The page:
This one is close to home, since I spent about 12 years working as a car and motorcycle journalist. Anecdotally, most people’s perception of their own driving, or riding skill level far surpasses the reality. And most people assume that the metal boxes they ride around in—assembled at the lowest cost possible by robots in a far away factory—are far safer than they actually are. Hit something solid at any speed over about 40 mph in any vehicle sold today, and you’re done. And technologies like anti-lock brakes, stability control, airbags, and even autonomous driving, seem to also be lulling people into a false sense of security; you still need to pay attention, and exercise caution when you’re driving.
Distractions caused by cell phones, conversations, and just general human idiocy seem to made worse by the very nature of our National Parks; 27 percent of fatal car crashes in them were caused by drivers distracted by the scenery. Alcohol was a factor in 23 percent of crashes.
Don’t drink and drive, where your seatbelt, pay attention to what you’re doing, drive cautiously, and you can avoid the vast majority of road hazards. It really is that simple.
Most fall injuries in National Parks don’t occur during extreme or dangerous activities. The vast majority occur during mundane stuff like walking and hiking, or even while climbing stairs. This highlights the need to be aware of your surroundings while in the outdoors, and to move through them cautiously. People by and large fall from established walking trails, or in close proximity to them—areas in which it may not seem necessary to behave carefully. Even on-trail, it is common to encounter, steep, loose, wet, or otherwise slippery or uneven terrain that can result in a fall.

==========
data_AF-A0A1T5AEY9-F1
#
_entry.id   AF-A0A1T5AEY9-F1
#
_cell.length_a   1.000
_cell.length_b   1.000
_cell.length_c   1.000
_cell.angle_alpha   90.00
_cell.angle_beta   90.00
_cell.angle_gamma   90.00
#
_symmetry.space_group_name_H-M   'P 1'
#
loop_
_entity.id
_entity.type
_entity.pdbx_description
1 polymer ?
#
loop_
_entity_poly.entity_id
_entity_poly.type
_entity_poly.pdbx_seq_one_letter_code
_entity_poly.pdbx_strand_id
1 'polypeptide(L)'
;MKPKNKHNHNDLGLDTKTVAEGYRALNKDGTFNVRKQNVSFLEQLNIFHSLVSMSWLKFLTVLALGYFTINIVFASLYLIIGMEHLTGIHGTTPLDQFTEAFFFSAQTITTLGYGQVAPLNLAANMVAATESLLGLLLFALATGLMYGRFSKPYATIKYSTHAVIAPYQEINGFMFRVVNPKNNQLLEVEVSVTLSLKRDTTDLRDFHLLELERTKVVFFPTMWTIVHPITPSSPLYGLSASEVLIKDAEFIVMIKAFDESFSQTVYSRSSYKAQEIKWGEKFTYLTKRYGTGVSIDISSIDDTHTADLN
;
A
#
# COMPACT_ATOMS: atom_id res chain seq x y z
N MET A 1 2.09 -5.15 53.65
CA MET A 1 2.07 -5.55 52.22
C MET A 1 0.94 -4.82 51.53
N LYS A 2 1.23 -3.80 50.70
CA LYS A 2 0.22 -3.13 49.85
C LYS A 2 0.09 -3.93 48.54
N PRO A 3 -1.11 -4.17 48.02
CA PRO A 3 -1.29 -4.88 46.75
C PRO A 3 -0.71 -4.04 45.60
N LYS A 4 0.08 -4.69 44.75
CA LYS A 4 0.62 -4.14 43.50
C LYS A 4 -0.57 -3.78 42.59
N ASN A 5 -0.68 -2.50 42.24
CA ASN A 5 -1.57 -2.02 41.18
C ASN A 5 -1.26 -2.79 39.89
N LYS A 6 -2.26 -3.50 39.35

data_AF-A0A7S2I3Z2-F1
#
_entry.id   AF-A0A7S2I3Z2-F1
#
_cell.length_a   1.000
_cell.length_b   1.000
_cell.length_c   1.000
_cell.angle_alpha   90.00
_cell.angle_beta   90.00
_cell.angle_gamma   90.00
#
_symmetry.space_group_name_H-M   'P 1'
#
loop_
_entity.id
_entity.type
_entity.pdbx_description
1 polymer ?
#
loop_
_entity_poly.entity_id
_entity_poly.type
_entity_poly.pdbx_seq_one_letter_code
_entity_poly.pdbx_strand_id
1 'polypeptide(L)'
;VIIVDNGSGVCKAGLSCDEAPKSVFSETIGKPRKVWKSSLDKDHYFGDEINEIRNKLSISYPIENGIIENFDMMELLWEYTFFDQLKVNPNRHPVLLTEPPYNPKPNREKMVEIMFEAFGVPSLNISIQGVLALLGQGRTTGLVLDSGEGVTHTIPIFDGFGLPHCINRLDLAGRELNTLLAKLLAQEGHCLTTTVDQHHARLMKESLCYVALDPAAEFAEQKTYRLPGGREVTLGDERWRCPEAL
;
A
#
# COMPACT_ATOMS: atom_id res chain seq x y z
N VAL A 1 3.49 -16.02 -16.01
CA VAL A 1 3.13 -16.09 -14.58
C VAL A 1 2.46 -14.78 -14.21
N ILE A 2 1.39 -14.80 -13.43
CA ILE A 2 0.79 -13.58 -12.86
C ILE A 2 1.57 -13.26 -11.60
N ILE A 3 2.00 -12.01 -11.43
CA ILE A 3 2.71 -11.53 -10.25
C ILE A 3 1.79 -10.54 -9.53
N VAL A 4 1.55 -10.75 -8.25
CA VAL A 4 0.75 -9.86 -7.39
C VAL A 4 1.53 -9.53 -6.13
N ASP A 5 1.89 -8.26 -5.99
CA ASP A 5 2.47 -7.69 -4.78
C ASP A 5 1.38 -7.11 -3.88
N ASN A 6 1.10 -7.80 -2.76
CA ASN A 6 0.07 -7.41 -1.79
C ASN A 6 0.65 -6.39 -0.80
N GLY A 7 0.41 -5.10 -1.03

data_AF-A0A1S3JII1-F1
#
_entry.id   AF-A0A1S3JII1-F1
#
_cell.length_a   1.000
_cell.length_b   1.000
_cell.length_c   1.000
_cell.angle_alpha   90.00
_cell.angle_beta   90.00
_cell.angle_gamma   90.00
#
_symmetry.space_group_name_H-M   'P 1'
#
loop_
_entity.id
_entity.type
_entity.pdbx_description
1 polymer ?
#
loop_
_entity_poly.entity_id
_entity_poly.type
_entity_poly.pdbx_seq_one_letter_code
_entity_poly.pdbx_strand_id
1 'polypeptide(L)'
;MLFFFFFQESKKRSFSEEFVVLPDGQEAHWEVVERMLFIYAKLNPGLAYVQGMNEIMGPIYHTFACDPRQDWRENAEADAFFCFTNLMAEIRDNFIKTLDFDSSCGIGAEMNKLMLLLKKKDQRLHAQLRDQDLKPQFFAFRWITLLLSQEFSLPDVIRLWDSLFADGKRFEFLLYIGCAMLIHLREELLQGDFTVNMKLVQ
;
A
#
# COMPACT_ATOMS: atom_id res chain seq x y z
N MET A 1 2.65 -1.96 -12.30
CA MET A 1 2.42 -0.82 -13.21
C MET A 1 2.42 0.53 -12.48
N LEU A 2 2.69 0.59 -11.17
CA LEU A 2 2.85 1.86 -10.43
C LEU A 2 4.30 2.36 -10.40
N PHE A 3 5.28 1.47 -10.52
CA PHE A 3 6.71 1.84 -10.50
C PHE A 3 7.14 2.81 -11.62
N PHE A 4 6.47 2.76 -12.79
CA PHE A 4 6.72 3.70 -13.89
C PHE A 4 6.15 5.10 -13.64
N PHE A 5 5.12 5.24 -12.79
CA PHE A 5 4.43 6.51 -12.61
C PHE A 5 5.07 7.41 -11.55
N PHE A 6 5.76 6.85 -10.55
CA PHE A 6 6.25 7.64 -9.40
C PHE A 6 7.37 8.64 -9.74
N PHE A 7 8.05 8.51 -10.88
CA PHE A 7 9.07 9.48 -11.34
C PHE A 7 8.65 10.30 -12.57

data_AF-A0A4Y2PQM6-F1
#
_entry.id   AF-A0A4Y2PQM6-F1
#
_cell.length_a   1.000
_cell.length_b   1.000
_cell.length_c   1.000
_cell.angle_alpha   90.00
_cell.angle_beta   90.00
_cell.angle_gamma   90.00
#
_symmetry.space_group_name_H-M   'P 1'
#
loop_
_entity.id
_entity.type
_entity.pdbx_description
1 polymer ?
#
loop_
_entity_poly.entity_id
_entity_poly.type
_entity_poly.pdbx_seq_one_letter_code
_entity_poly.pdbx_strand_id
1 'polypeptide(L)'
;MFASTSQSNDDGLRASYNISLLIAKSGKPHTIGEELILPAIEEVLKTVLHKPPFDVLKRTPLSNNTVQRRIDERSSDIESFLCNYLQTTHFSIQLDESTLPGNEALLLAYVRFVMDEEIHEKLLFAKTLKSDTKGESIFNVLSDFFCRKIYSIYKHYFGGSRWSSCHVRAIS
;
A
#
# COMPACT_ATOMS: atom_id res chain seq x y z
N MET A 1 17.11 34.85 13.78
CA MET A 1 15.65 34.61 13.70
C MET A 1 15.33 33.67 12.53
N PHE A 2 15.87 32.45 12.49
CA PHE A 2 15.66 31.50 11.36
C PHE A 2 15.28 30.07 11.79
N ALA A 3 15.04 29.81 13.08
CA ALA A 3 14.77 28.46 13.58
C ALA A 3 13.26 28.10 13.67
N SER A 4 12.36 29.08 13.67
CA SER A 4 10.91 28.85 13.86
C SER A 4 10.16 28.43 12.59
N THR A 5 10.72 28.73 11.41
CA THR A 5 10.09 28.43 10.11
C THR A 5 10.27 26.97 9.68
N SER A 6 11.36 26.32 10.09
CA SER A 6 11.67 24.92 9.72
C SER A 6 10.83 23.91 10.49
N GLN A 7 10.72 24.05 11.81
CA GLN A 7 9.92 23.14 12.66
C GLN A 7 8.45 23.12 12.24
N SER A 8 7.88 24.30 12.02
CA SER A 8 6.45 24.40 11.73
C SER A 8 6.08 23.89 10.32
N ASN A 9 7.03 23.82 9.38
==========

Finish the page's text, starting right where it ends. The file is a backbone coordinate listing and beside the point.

A tragic story from Grand Canyon National Park highlights the risk of failing to appreciate the danger unfamiliar terrain can represent: “In 1992, 38-year-old Greg Austin Gingrich leaped atop the guard wall and wind-milled his arms, playing-acting losing his balance to scare his teenaged daughter, then he comically 'fell' off the wall on the canyon side onto a short slope where he assumed he could land safely. As his daughter walked on, trying not to fuel her father's dangerous antics by paying attention to them, Gingrich missed his footing and fell silently about 400 feet into the void. It took rangers quite a while to locate his body—and to determine that his daughter was an orphan only due to his foolishness.”
Non-Vehicle Transport and Other
This is a bizarre term for pedestrians, cyclists, and horseback riding, among other non-vehicle types of transportation. We can assume a number of these are people struck by cars. This category’s prevalence highlights the mundane nature of risk outdoors. It’s not a grizzly bear that’s going to kill you, it’s the kind of hazards you face every single day, like failing to look both ways before crossing the street. In the same vein, we can assume that “other” is a catch-all label for “stupidity.”
While typically avalanche-prone activities like backcountry downhill skiing don’t typically occur in National Parks, hikers, snowshoers, cross country skiers and other travelers can find themselves exposed to the risk.
Avalanche survival is a simply case of preparation combined with situational awareness. Observe avalanche warnings, and if you’re participating in an activity that’s prone to them, carry and know how to use basic avalanche rescue gear. Traveling and recreating in groups, combined with the above, is also a huge help. Avoid avalanche-prone areas, unless you’re prepared.